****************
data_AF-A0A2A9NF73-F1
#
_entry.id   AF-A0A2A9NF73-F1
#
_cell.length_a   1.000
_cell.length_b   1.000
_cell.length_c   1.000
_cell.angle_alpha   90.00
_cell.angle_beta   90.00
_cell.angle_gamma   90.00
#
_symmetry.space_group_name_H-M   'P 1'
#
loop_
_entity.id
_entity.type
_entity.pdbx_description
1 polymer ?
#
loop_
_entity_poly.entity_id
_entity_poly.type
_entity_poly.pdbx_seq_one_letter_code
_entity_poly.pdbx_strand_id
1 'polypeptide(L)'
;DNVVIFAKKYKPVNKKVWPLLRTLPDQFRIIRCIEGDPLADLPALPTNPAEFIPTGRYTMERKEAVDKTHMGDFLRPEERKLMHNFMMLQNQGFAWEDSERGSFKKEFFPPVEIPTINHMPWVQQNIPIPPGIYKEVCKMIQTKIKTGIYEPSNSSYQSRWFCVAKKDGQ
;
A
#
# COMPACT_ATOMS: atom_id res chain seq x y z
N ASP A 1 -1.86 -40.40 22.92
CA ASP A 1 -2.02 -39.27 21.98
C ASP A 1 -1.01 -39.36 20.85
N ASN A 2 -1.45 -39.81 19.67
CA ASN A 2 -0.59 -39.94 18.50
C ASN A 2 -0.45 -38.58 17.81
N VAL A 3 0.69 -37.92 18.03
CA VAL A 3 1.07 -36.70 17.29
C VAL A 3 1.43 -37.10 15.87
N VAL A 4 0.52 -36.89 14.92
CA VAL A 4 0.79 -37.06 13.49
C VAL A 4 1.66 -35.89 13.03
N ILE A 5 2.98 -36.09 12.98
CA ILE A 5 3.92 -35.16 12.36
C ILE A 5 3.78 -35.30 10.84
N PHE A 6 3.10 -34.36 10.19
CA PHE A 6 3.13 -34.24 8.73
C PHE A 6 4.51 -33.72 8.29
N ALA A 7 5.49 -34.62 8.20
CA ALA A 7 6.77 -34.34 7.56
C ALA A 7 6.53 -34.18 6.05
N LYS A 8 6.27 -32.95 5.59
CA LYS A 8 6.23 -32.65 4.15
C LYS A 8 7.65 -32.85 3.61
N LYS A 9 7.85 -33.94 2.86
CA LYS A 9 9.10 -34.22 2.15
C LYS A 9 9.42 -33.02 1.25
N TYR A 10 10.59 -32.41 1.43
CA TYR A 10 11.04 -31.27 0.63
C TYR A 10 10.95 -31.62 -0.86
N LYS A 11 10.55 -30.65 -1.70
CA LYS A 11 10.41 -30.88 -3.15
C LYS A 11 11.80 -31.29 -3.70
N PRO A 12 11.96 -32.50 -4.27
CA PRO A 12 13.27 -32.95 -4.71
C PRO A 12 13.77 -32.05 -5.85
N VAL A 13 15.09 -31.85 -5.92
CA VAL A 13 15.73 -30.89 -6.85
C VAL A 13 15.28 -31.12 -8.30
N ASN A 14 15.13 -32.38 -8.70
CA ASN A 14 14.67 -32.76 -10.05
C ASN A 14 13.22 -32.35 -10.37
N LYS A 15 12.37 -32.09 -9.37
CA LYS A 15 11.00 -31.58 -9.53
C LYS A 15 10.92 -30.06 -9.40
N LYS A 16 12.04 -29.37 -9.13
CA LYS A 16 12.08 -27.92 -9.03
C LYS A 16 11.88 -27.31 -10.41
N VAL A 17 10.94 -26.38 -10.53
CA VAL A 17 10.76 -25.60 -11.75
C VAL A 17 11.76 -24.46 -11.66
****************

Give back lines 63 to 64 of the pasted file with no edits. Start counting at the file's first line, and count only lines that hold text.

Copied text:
C LYS A 11 11.80 -31.29 -3.70
N PRO A 12 11.96 -32.50 -4.27